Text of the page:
I really felt like I grew as an artist. My classroom teaching became that much more powerful because of my experience at Bridgewater.
One reason Kristyn Shea, G’11, was chosen as teacher of the year is because she challenges students to think deeply about their art and explain their creative decisions. Shea discovered firsthand how effective that approach is as a Bridgewater State University student.
“I really felt like I grew as an artist,” Shea said. “My classroom teaching became that much more powerful because of my experience at Bridgewater.”
Shea, who has taught at Oliver Ames High School in Easton for 16 years, received the 2021 Secondary Art Educator of the Year award from the Massachusetts Art Education Association. She says she is humbled by the recognition, and the fact that her colleagues nominated her.
At BSU, Shea earned a Master of Art in Teaching in creative arts, which expanded her knowledge of teaching while increasing her passion for art.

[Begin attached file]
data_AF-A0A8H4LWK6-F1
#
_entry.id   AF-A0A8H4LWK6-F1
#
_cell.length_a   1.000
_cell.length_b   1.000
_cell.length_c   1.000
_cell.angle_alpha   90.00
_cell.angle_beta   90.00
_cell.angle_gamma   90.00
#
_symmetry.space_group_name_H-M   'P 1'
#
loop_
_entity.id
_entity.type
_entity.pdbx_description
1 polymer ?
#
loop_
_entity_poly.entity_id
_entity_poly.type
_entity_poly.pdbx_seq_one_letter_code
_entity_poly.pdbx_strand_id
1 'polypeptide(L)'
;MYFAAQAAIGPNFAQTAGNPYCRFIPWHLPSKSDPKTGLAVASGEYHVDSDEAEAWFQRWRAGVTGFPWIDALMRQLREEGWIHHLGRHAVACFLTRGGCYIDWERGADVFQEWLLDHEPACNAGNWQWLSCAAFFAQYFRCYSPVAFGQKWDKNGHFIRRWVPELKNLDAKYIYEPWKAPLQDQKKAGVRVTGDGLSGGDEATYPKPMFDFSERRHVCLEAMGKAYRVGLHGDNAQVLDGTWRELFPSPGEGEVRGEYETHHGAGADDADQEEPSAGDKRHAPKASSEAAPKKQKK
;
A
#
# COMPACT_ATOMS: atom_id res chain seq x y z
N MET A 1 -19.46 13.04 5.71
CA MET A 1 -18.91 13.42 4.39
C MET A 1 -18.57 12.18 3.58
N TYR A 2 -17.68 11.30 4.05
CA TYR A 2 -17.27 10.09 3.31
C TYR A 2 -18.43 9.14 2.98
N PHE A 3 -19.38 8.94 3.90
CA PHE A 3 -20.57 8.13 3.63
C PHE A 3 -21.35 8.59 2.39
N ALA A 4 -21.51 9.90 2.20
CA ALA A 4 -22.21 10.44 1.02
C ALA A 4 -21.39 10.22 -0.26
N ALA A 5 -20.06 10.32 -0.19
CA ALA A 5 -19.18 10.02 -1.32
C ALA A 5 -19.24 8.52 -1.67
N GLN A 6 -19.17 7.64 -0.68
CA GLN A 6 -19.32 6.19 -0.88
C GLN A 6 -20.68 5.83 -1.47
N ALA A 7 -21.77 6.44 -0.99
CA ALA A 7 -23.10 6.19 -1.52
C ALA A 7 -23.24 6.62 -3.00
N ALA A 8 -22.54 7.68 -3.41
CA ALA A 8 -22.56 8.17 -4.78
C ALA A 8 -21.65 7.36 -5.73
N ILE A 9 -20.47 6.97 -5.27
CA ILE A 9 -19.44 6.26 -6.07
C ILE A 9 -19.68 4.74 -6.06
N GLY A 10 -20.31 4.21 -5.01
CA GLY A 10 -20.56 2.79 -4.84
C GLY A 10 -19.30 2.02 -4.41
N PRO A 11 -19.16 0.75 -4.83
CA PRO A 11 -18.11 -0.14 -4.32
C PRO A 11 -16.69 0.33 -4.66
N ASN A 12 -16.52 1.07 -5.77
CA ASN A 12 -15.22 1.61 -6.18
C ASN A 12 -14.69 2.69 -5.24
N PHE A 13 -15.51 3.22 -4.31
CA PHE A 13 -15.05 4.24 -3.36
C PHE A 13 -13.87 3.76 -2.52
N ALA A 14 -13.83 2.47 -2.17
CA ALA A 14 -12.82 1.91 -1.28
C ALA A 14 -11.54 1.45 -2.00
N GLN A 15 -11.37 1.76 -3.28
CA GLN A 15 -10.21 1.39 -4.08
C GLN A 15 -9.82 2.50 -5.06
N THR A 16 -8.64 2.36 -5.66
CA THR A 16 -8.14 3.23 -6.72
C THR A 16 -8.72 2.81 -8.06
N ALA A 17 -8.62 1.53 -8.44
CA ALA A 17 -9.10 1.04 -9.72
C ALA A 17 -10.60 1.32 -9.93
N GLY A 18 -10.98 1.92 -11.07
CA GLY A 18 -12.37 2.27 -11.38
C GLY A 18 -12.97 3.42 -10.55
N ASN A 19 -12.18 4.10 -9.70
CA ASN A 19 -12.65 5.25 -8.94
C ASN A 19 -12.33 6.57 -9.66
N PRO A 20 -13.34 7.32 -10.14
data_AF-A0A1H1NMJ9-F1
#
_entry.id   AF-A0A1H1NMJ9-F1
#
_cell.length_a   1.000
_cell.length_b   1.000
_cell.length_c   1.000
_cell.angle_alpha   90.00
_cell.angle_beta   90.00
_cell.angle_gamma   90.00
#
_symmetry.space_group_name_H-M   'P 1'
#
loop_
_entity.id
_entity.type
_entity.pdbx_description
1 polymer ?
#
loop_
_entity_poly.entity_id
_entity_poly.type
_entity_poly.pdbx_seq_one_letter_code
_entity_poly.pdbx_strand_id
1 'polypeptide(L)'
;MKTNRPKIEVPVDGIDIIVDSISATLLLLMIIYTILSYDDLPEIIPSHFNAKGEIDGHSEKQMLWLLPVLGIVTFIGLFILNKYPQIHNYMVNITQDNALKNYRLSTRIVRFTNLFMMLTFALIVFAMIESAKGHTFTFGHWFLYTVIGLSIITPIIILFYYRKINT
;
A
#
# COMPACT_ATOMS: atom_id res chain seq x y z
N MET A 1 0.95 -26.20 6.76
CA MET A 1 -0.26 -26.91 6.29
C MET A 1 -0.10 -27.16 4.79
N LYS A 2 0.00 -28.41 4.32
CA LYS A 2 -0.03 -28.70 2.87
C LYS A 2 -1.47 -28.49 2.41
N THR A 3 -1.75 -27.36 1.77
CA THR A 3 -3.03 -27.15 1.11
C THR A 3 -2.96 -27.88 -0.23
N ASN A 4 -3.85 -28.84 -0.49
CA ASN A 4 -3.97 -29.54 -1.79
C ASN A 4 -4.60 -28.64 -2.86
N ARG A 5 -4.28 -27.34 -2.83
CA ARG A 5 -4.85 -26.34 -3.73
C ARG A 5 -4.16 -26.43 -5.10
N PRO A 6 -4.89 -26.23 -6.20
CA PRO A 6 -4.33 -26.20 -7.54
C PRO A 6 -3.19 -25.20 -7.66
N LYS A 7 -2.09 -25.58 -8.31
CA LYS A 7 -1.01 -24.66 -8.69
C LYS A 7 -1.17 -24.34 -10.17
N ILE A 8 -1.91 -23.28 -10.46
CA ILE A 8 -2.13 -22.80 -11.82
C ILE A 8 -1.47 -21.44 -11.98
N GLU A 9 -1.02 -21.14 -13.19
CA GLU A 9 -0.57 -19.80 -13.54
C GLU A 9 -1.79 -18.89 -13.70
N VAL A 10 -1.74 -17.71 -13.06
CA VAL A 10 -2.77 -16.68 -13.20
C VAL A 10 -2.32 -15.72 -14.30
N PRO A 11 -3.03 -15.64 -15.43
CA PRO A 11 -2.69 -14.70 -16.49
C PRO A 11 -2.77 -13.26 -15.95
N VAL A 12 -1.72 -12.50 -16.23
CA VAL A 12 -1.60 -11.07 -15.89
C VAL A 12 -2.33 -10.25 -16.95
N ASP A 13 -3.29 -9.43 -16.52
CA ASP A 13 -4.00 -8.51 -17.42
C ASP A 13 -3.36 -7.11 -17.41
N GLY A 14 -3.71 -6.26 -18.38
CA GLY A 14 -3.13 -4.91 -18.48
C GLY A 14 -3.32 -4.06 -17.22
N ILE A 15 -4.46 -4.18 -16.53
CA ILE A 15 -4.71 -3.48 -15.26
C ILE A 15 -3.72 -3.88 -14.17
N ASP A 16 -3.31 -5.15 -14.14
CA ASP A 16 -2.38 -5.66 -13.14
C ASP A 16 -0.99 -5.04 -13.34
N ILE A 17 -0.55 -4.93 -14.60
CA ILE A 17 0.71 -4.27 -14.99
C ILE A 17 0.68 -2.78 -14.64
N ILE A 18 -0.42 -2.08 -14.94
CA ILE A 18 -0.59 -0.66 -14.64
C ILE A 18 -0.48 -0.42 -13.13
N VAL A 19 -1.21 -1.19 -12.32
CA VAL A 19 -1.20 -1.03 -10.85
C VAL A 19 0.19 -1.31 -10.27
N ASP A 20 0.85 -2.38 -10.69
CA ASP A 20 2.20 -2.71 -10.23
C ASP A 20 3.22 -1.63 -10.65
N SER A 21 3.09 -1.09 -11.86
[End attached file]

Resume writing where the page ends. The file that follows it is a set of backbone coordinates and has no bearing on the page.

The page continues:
“I didn’t want to just get a master’s in education,” Shea recalled. “I wanted to be able to go back to art school and continue to grow as a student.”
Mercedes Nuñez, who is now an emerita art professor, recognized Shea’s talent in her classroom more than a decade ago.
“She is very methodical, profound and very serious. I think she embodies everything that makes a great teacher,” Nuñez said. “It is her incredible gift as an artist and her incredible ability to conceptualize that she’s been able to translate into her love of teaching that has made her shine.”
Nuñez deserves credit for challenging her pupils, including exploring how art is a mechanism for storytelling, Shea said.
“Mercedes unlocked that thought process for me,” she said. “I realized how to go back to my classroom and start pulling out those narratives with my students.”
The results speak for themselves: Shea’s students regularly appear in national and regional art events, including the Congressional Art Competition.
Perhaps more importantly, they learn to innovate, rise to challenges, and find multiple solutions to problems.
“They feel more accomplished when they finish a project and realize they can do anything they put their mind to,” said Shea, who is also her school district’s visual art department chair. “They will take these skills wherever they go.”
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